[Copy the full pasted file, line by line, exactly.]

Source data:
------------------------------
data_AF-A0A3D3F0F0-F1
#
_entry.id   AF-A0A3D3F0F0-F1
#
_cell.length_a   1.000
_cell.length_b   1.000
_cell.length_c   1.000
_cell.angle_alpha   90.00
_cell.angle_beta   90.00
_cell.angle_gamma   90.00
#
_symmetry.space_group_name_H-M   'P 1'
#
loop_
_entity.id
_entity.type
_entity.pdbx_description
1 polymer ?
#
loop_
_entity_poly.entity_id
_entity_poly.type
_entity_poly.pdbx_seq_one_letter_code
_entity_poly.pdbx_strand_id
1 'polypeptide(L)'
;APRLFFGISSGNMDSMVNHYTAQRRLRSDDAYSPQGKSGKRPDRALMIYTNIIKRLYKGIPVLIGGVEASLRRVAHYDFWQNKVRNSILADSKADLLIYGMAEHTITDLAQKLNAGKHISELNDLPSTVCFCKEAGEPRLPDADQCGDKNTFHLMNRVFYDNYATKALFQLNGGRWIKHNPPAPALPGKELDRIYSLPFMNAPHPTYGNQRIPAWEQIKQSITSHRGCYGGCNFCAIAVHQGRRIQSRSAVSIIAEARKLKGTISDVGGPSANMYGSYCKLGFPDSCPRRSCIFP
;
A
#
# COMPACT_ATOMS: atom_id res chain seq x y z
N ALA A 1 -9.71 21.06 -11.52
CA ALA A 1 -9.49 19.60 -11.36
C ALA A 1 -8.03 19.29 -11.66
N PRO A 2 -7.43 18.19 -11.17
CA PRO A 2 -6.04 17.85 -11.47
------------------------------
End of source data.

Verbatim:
data_AF-A0A3D3F0F0-F1
#
_entry.id   AF-A0A3D3F0F0-F1
#
_cell.length_a   1.000
_cell.length_b   1.000
_cell.length_c   1.000
_cell.angle_alpha   90.00
_cell.angle_beta   90.00
_cell.angle_gamma   90.00
#
_symmetry.space_group_name_H-M   'P 1'
#
loop_
_entity.id
_entity.type
_entity.pdbx_description
1 polymer ?
#
loop_
_entity_poly.entity_id
_entity_poly.type
_entity_poly.pdbx_seq_one_letter_code
_entity_poly.pdbx_strand_id
1 'polypeptide(L)'
;APRLFFGISSGNMDSMVNHYTAQRRLRSDDAYSPQGKSGKRPDRALMIYTNIIKRLYKGIPVLIGGVEASLRRVAHYDFWQNKVRNSILADSKADLLIYGMAEHTITDLAQKLNAGKHISELNDLPSTVCFCKEAGEPRLPDADQCGDKNTFHLMNRVFYDNYATKALFQLNGGRWIKHNPPAPALPGKELDRIYSLPFMNAPHPTYGNQRIPAWEQIKQSITSHRGCYGGCNFCAIAVHQGRRIQSRSAVSIIAEARKLKGTISDVGGPSANMYGSYCKLGFPDSCPRRSCIFP
;
A
#
# COMPACT_ATOMS: atom_id res chain seq x y z
N ALA A 1 -9.71 21.06 -11.52
CA ALA A 1 -9.49 19.60 -11.36
C ALA A 1 -8.03 19.29 -11.66
N PRO A 2 -7.43 18.19 -11.17
CA PRO A 2 -6.04 17.85 -11.47